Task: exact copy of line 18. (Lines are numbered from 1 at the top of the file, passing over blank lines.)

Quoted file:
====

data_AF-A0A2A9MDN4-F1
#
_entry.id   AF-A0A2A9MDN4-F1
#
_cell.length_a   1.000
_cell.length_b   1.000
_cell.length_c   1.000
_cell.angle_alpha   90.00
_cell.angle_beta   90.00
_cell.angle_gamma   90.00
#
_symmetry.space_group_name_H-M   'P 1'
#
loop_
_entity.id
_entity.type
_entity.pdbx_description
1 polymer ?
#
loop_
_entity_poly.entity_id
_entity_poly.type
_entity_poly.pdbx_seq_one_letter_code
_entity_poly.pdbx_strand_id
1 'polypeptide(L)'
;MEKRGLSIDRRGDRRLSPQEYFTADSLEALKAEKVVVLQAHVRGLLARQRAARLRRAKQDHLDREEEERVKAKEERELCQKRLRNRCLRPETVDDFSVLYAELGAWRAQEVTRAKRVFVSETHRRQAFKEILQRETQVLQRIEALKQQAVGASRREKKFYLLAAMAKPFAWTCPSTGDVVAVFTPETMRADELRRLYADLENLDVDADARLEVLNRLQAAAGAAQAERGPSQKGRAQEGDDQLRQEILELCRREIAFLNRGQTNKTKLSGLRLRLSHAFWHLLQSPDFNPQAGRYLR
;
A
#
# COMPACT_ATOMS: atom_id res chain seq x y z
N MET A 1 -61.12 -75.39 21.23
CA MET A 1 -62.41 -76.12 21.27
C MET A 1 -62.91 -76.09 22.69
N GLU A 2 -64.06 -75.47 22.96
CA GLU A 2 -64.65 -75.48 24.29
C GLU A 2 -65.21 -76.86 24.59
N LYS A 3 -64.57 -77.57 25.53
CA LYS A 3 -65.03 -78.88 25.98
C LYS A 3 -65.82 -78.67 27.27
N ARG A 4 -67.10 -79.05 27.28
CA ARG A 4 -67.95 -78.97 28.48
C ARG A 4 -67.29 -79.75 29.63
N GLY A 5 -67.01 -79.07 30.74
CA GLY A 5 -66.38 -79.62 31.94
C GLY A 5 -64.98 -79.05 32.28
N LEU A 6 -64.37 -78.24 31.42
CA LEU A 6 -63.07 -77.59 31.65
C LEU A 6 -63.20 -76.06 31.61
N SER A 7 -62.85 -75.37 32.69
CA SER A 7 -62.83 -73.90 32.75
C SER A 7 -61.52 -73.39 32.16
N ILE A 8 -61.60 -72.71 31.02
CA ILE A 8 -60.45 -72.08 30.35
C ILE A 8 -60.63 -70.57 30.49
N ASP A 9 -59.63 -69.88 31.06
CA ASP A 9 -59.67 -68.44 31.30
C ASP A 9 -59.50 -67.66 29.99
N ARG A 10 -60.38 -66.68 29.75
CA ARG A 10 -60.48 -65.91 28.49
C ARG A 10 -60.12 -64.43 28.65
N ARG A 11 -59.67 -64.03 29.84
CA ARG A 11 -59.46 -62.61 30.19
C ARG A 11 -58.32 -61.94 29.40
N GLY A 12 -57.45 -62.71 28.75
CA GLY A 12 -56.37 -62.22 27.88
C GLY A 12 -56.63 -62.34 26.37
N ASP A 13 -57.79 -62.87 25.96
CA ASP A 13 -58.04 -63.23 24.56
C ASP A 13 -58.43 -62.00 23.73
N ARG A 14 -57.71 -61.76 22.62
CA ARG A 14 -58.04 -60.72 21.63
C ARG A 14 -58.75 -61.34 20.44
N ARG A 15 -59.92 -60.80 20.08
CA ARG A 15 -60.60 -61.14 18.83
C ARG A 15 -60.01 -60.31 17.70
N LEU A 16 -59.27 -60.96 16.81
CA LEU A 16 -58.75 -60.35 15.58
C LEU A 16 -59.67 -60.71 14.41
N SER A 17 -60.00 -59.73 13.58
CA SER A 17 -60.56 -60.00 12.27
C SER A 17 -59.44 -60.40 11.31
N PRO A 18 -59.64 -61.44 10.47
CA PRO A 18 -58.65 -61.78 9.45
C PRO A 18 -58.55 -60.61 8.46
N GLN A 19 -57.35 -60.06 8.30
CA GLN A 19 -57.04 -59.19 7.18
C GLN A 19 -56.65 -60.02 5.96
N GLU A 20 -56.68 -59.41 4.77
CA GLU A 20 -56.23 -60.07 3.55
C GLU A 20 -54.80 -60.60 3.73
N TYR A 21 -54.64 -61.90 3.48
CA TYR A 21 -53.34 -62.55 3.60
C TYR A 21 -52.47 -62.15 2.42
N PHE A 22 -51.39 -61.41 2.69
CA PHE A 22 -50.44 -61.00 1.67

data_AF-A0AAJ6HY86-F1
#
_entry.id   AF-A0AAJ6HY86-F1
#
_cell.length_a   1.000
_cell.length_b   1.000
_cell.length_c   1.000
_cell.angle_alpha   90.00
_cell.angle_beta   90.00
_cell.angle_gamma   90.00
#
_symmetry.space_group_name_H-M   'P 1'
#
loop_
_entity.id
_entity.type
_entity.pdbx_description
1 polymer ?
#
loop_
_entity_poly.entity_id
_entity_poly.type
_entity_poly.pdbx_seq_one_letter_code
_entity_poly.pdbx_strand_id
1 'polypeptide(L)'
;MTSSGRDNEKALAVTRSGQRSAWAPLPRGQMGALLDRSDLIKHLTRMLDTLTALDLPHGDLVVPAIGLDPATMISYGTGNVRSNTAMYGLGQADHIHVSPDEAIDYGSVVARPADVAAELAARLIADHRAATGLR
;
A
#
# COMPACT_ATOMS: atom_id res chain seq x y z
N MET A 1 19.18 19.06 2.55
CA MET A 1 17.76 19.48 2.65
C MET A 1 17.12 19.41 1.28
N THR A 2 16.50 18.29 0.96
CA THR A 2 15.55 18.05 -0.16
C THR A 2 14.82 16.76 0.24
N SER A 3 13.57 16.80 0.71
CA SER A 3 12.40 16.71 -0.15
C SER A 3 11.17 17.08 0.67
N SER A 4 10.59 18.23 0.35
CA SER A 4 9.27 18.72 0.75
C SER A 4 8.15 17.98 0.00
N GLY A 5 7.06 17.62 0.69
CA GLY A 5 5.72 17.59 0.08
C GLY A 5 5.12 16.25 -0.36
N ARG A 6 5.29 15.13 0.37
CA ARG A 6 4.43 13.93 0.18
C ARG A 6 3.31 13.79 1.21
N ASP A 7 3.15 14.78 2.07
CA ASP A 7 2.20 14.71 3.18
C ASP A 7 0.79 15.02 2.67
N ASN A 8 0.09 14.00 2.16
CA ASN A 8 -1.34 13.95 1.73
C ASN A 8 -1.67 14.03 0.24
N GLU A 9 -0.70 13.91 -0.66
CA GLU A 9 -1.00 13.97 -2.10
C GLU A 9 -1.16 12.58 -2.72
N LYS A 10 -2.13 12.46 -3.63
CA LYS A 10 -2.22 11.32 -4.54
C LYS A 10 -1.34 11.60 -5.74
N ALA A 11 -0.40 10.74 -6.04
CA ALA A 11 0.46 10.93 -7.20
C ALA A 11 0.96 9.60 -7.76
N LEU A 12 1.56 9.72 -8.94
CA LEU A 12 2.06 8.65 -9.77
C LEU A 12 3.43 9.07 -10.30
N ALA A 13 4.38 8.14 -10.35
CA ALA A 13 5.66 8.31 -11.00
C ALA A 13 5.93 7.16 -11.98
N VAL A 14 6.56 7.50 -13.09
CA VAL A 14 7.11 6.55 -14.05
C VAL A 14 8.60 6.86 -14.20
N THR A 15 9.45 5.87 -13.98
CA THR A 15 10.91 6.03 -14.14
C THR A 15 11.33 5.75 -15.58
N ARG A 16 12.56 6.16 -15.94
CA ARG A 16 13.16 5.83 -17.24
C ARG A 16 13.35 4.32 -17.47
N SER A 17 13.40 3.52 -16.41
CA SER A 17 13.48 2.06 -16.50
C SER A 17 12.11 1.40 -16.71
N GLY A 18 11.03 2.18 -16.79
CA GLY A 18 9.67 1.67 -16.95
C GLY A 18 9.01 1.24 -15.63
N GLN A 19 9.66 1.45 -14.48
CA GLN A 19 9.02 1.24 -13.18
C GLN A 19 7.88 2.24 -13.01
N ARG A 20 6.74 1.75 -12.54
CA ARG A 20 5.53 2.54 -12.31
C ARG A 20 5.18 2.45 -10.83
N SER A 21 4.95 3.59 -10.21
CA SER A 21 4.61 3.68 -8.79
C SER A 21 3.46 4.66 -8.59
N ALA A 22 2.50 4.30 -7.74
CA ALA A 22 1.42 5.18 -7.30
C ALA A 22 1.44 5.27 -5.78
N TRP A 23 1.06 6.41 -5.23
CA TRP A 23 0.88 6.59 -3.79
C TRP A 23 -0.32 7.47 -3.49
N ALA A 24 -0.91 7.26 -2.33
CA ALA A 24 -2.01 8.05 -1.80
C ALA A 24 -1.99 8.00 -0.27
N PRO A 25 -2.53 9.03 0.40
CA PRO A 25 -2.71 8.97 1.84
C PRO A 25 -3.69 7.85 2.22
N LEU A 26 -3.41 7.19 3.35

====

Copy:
1 polymer ?